There are four rookie management mistakes pastors make when leading their teams and setting goals. We all know how important vision is and that casting this vision is the core competency of a leader. But what happens when that leader puts down the microphone, takes off the "leader" hat and sits in front of his or her team and their team manager? Vision doesn't get you to your destination, it only tells you where you plan on going. What's missing are the next steps. I can tell you we are going to Disneyland, but we will still have to decide how we are going to get there. 


So what are the rookie mistakes we make as pastors as we manager our teams? 

1. Thinking that goals are the answer. 

Goals are not the answer. They are only a single tool in your tool kit that help you guide your team. If you fee like your attendance is stuck, making a goal to get past it is going to do very little to contribute to the solution. The clearer the goal the better. Measurable helps, but a goal in and of itself is not the answer to your problems. 

2. Spending too little time defining your targets. 

Most of the time, in order to keep things moving, we set delivery dates for our set of goals. On the surface this is a good thing but we must know when to break the rule. When we don't spend enough time defining the targets in our goals we risk using poor data to make our decisions. We throw down numbers off the top of our head and then fear adjusting them later because it might look like we have no faith in our team. 

3. Morphing into politicians when we talk about our goals. 

It's almost as if we made a campaign promos and we fear we won't deliver. So instead of addressing it, we hide it. We focus on the successes and shelter the missteps. We fear we will ruin momentum so we point all the attention to the good stuff (even slightly exaggerating at times to add an extra oomph).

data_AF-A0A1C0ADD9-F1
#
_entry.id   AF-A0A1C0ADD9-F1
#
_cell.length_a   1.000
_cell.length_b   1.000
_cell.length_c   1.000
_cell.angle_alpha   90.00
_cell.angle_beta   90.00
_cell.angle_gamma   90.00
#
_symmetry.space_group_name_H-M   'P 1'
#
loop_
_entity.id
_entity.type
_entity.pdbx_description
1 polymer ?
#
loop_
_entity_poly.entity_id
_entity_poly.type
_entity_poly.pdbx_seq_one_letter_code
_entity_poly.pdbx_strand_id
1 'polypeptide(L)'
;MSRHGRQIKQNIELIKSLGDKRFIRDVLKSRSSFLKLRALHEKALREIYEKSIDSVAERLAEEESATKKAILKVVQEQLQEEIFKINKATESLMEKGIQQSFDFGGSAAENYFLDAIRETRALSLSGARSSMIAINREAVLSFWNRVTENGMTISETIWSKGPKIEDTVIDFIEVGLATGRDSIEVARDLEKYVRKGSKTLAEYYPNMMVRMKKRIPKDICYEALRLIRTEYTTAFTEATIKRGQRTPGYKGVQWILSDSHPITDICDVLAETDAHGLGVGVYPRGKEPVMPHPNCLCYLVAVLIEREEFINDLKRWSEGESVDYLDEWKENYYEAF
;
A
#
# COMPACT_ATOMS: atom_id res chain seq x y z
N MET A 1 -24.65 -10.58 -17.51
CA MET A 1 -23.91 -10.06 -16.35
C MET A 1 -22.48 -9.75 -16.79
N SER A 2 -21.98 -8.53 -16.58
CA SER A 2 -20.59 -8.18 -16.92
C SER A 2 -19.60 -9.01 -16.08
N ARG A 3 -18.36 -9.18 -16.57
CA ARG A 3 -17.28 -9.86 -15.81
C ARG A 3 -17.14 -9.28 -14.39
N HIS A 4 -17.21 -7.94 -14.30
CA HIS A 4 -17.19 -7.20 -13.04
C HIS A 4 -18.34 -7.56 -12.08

4. Only talking about them at the beginning and end of the season. 

This is a mistake that sucks all the potential out of our goals and targets. It, more than any other mistake, destroys not only your effectiveness as a team manager, but also of anyone on your team (volunteer or paid). 

So how do you avoid making these mistakes? 

  1. Use goals as the thermometer in your organization. If these really are the most important improvements you can make on the road to your vision, creating them isn't enough. Use them all the time. Constantly be asking "how are we doing on this goal?"
  2. Build the targets in your goals in two meetings. Define the goal and then set a follow up meeting for at least two days later. Give your team the time to digest and resort appropriate targets. 
  3. Don't be scared of sharing failure. Failure doesn't scare people, not being able to identify why is what scares them. 
  4. Print out your goals and bring them to every meeting. That single piece of paper will be the catalyst for change. Bring it up every week. What's our progress? What do we need to do this week to keep this moving forward? What obstacles are we running into? 

Each weekly meeting should consist of status updates and next steps. 

This is the kind of clarity that points your team in the right direction and focusses their daily efforts. 

So what then is your job? 

Define your goals. Make them clear. 

Then, ask for updates...every week. 

And celebrate every move forward. 

Repeat those last two steps every week. Ask for updates (clarify next steps when needed) and celebrate every move forward. Get excited! Ever step forward is progress. 

Goals aren't the answer, every step forward is.